#1
So I play acoustic guitar but my (lets say) guitars were limited. My true desire is to play electric... however I know absolutely nothing about it. So I have a some questions that I need to ask and I would really appreciate it if you'd answer them:

1. Let's just say I get a Gibson Les Paul or something. Do I need to get a specific amp too? Are all guitar amps the same? Can you plug a mic into one? Are there amps for mic's?

2. What are pickups? I always here "yeah those are great pickups"... what?

3. What's distortion? And all of those other words that go with it? Reverb?

4. What are tubes?

Yeah, that's all I can think of on the spot... I'd be awesome if you'd answered those for me. Thanks in advance. Oh, also: Are there any other things you'd like to tell me that a noob wouldn't know?
#2
Quote by larrytheguitar
So I play acoustic guitar but my (lets say) guitars were limited. My true desire is to play electric... however I know absolutely nothing about it. So I have a some questions that I need to ask and I would really appreciate it if you'd answer them:

1. Let's just say I get a Gibson Les Paul or something. Do I need to get a specific amp too? Are all guitar amps the same? Can you plug a mic into one? Are there amps for mic's?

2. What are pickups? I always here "yeah those are great pickups"... what?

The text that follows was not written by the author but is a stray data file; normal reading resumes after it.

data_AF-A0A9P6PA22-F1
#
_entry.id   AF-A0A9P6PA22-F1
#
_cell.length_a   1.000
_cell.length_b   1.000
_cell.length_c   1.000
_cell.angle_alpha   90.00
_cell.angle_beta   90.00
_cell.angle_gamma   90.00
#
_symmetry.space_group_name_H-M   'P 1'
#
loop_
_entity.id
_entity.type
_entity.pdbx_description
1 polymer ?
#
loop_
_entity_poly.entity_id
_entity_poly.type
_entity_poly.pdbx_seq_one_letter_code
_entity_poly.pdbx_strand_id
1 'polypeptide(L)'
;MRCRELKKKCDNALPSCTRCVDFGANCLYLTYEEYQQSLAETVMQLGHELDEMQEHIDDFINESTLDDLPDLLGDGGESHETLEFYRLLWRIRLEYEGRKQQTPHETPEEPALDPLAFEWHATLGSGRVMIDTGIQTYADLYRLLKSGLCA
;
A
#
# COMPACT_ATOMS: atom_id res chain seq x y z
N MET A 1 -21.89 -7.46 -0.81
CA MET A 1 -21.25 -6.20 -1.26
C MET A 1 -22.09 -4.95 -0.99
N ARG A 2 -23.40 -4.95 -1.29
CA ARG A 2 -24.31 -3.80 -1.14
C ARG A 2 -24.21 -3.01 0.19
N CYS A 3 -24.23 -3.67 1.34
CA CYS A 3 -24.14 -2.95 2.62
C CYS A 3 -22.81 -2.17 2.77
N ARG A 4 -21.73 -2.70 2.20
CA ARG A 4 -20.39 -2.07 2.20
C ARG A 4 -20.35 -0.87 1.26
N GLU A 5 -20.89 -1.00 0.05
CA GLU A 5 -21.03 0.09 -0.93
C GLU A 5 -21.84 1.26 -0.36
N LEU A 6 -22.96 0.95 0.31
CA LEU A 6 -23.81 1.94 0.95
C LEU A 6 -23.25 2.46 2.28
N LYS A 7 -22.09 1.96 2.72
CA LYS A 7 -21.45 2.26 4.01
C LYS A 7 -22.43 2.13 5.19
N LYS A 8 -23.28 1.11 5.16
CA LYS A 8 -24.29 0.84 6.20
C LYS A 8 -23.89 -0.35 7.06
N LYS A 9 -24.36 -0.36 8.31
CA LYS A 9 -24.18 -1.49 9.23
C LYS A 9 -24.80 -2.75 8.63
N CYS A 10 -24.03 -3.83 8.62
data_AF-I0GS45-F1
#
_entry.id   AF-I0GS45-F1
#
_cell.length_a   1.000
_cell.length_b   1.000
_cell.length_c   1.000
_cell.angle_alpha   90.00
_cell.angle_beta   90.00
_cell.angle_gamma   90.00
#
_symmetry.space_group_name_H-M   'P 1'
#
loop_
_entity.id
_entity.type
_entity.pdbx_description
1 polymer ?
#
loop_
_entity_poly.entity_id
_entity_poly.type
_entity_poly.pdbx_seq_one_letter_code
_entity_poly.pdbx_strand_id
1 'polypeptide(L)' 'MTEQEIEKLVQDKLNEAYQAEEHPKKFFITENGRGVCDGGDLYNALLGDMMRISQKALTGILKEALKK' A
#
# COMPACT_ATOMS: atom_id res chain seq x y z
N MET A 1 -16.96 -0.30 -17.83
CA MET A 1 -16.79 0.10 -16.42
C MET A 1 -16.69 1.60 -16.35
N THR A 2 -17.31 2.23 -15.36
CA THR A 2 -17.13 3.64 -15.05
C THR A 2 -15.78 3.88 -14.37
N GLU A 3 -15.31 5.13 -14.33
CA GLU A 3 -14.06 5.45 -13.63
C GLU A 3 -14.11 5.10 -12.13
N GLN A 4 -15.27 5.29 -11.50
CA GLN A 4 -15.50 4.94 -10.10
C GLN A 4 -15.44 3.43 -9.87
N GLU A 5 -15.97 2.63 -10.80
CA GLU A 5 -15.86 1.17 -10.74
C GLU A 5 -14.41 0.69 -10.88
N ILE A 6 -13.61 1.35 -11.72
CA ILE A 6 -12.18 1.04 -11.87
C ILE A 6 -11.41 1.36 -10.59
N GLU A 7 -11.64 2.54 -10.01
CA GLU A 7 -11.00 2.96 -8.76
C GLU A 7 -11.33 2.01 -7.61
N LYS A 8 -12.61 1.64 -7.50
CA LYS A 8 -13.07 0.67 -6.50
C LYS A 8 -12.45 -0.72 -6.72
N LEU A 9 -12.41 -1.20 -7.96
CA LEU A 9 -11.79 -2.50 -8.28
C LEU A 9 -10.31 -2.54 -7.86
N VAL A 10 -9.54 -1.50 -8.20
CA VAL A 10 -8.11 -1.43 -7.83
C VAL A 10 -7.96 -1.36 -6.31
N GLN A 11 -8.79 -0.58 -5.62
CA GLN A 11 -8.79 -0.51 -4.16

3. What's distortion? And all of those other words that go with it? Reverb?

4. What are tubes?

Yeah, that's all I can think of on the spot... I'd be awesome if you'd answered those for me. Thanks in advance. Oh, also: Are there any other things you'd like to tell me that a noob wouldn't know?


1. No amp specifically, just one for electric guitar. No, they are not the same. No, you cannot plug a mic in it. Mics on acoustics are like amplifiers for electrics.

2. The little bars on the scratch plate, between the bridge and the neck.

3. Distortion, the opposite of clean. Think of most rock bands. The loud fuzz sound that you hear is distortion. Reverb is an effect. It makes the sound more of an echo as if playing in a cave.
#3
Quote by metallinutter
1. No amp specifically, just one for electric guitar. No, they are not the same. No, you cannot plug a mic in it. Mics on acoustics are like amplifiers for electrics.

Actually, a mic pointed at an acoustic is more like the pickups on an electric. The mic still needs amplification by a PA; it just detects what the guitar is doing.

Read the stickies, TS.
#4
any guitar works with any amp,
mics through amps aren't great get a PA(public address system)
pickups are the things below the strings that take the sound and put it in the amp
there are 2 kinds single coils(stratocasters) & humbuckers(les pauls)
2 kinds of amps tube and solid state, solid state generally sucks, unless your playing high distortion stuff

distortion & reverb are effects
distortion is basically what seperates an electrics sound from a acoustics sound
Quote by guitardude34875
be the music, not the scene
#7